Taking a Street View car camera through an active war zone is obviously not an advisable plan, admits Kennaway. There were many times they would be on the phone with their Ukrainian contact and he was in an area that was under attack or experiencing power cuts. With a project like this, there are always going to be trepidations, no matter how important the cause is. “We didn’t want to put anyone at risk and we don't put anyone at risk from a security point of view either,” he adds, stating clearly that the photographer and agencies safety was always front of mind.

Potential issues with Google were also a consideration as the photographer had previously worked with the tech giant and had been supplied with equipment under strict conditions. After talks, they came to an agreement. "There’s a situation on the ground that people need to see.”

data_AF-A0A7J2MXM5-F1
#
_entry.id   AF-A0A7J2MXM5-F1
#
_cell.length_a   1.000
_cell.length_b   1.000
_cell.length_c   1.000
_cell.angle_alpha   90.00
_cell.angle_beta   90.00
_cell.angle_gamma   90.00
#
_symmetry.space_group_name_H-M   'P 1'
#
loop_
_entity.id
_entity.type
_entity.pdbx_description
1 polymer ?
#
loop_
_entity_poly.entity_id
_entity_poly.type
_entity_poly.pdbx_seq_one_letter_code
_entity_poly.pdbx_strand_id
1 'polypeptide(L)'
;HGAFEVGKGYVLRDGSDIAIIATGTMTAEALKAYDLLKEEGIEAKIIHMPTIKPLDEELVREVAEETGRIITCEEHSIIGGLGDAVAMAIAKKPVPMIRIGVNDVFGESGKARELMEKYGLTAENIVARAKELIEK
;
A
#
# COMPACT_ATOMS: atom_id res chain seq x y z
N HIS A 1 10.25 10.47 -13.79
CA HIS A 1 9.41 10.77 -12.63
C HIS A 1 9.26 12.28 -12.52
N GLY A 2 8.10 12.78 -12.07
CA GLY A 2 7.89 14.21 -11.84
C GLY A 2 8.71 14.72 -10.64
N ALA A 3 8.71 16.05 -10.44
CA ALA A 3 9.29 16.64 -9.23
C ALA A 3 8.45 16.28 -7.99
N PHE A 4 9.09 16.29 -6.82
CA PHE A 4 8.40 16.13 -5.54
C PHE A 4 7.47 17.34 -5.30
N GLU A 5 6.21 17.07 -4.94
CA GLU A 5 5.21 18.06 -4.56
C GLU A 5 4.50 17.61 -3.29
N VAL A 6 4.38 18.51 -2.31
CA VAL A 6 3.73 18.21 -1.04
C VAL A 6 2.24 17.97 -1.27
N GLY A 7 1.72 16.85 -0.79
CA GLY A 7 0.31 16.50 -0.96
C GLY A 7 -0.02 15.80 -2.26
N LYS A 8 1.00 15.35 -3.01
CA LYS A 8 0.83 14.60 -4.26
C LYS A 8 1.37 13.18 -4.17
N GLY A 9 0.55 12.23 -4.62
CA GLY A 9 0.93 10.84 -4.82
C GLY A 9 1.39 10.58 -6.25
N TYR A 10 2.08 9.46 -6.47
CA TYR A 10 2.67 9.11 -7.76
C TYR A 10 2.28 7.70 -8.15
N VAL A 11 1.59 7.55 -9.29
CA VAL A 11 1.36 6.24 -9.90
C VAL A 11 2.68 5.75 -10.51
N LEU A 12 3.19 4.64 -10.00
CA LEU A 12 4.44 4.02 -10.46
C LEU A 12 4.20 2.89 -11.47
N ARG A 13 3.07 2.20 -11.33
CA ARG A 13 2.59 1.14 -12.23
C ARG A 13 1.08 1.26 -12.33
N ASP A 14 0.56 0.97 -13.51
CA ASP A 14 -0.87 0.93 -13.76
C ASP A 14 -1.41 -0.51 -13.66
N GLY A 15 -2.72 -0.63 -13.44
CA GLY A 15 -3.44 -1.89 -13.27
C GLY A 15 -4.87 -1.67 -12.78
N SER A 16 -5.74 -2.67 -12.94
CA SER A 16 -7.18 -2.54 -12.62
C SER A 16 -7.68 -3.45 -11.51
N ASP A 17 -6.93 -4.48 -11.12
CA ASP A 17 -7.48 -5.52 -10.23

The original plan was to get their Ukrainian partner there with a remote-controlled armored car fitted with cameras and drones. But in the planning stages, the photographer suggested using the masses of footage he had on file from his posting in Ukraine. Quickly, the creatives realized they could use scenes from various cities and not just one “symbolic area” in order to give an accurate representation of what was really happening on the ground. They could show the real devastation in Kyiv, Irpin, Kharkiv, Izyum and Cherigiv and Sumy.